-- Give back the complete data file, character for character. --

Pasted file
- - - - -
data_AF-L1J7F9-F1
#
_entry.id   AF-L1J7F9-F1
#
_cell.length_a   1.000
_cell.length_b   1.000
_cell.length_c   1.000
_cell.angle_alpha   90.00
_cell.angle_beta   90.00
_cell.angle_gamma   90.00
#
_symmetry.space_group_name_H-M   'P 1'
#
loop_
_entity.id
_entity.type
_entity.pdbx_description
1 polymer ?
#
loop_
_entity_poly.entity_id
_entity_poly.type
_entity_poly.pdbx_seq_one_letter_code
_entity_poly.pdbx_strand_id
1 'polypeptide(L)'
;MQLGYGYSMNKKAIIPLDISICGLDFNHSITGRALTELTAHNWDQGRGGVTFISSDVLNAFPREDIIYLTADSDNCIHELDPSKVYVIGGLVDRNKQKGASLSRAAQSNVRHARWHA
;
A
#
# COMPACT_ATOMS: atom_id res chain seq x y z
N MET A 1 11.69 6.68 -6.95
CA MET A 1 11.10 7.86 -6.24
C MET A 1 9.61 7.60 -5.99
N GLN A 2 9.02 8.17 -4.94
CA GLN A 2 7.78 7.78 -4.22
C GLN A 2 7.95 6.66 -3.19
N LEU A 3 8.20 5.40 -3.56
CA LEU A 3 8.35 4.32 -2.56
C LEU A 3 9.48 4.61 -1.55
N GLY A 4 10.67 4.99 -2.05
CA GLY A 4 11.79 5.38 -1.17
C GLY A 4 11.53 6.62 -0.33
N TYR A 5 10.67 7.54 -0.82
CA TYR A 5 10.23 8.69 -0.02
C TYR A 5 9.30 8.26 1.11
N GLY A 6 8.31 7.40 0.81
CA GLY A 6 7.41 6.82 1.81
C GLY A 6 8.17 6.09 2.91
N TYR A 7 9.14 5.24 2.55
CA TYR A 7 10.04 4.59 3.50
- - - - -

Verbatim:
data_AF-L1J7F9-F1
#
_entry.id   AF-L1J7F9-F1
#
_cell.length_a   1.000
_cell.length_b   1.000
_cell.length_c   1.000
_cell.angle_alpha   90.00
_cell.angle_beta   90.00
_cell.angle_gamma   90.00
#
_symmetry.space_group_name_H-M   'P 1'
#
loop_
_entity.id
_entity.type
_entity.pdbx_description
1 polymer ?
#
loop_
_entity_poly.entity_id
_entity_poly.type
_entity_poly.pdbx_seq_one_letter_code
_entity_poly.pdbx_strand_id
1 'polypeptide(L)'
;MQLGYGYSMNKKAIIPLDISICGLDFNHSITGRALTELTAHNWDQGRGGVTFISSDVLNAFPREDIIYLTADSDNCIHELDPSKVYVIGGLVDRNKQKGASLSRAAQSNVRHARWHA
;
A
#
# COMPACT_ATOMS: atom_id res chain seq x y z
N MET A 1 11.69 6.68 -6.95
CA MET A 1 11.10 7.86 -6.24
C MET A 1 9.61 7.60 -5.99
N GLN A 2 9.02 8.17 -4.94
CA GLN A 2 7.78 7.78 -4.22
C GLN A 2 7.95 6.66 -3.19
N LEU A 3 8.20 5.40 -3.56
CA LEU A 3 8.35 4.32 -2.56
C LEU A 3 9.48 4.61 -1.55
N GLY A 4 10.67 4.99 -2.05
CA GLY A 4 11.79 5.38 -1.17
C GLY A 4 11.53 6.62 -0.33
N TYR A 5 10.67 7.54 -0.82
CA TYR A 5 10.23 8.69 -0.02
C TYR A 5 9.30 8.26 1.11
N GLY A 6 8.31 7.40 0.81
CA GLY A 6 7.41 6.82 1.81
C GLY A 6 8.17 6.09 2.91
N TYR A 7 9.14 5.24 2.55
CA TYR A 7 10.04 4.59 3.50